David said...

Sue, you're right: what would it have cost Obama to say 'I am ashamed of this country in this instance, but there's nothing I could do'?

Geo., spot on, surely. The only beef I have with the current petitioners is that they're trying to say that academics append their universities' names in comparable letters to the papers, so why shouldn't the players have stated their orchestra? I might easily have so blundered myself, but having had it explained to me by lawyers and others, I can see why the contract with your employer might prompt action, albeit much more moderate than this one, which is patently absurd.

And with that I'm out of it unless my support is needed - just too disturbing to watch the right-wing opportunists ripping the players to shreds on blogs and tweets (ah yes, wondered why I don't usually go into twitterland).

Will said...

I maintain that Obama believes rational discourse is the way the business of government should be conducted and he behaves as if it hadn't been discarded with contempt some decades ago. He pulls his punches and compromises when it isn't required and/or appreciated, coming off as weak in the face of unprincipled sharks.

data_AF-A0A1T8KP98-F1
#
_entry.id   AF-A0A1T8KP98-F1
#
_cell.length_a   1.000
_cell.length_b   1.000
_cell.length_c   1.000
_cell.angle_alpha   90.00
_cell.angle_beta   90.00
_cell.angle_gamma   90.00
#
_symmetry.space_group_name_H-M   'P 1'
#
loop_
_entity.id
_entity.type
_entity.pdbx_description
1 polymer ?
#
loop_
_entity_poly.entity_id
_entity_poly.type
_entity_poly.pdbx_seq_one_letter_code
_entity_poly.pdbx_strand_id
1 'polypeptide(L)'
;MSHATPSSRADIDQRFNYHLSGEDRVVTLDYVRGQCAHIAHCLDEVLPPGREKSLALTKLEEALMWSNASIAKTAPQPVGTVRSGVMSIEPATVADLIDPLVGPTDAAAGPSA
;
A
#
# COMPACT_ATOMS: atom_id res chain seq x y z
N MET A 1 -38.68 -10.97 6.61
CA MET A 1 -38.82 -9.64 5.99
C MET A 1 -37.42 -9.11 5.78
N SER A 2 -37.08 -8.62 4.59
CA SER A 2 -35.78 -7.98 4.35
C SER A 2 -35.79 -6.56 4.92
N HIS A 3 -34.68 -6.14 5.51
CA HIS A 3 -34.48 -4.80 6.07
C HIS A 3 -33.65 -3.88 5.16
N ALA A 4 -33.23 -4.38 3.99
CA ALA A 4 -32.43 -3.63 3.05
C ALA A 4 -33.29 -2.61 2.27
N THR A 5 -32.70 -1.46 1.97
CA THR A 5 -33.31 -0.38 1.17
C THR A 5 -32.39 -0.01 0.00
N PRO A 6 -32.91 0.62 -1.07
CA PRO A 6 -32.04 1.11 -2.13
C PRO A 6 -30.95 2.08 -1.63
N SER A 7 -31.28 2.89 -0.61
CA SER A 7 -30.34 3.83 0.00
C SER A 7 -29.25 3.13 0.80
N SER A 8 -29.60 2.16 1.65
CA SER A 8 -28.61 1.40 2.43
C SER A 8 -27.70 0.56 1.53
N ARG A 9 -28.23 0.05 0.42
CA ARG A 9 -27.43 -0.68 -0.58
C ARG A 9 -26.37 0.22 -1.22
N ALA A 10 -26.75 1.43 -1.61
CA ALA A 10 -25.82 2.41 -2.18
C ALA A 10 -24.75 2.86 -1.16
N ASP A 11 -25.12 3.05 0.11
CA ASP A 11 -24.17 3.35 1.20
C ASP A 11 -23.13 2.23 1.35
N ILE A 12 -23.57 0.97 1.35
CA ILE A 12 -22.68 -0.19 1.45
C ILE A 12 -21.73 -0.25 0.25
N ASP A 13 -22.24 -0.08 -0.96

The Republicans are currently in a bit of a bind as they've sold what passes for their souls to the most extreme and lunatic elements of their political base; they are well aware of the Tea Party's ability to seek and destroy Republican -- not Democrat -- incumbents and candidates it feels are insufficiently radical Right and bigoted. The Pentacostal/Evangelical fanatics to whom they have pandered so sickeningly for so long, espouse clearly unconstitutional policy such as grounding US law in the Bible and (il)legally suppressing/deporting/incarcerating LGBT people. Worst of all for the Republicans is their insistence that Social Security and Medicare must be gutted or eliminated in its current form when such a huge percentage of the population is in or near retirement.

I believe it's going to be a vile, extremely dirty campaign and that what looks to be a Republican walk to power could well be a defeat if they continue willfully to ignore what's happening in this country and what its citizens really need in these highly troubled times. Thank you all for some reasoned and thoughtful comments.

David said...

'Deporting/incarcerating LGBT people', Will: I know they're vile, but is that stated in their policy? It's even more frightening than I thought.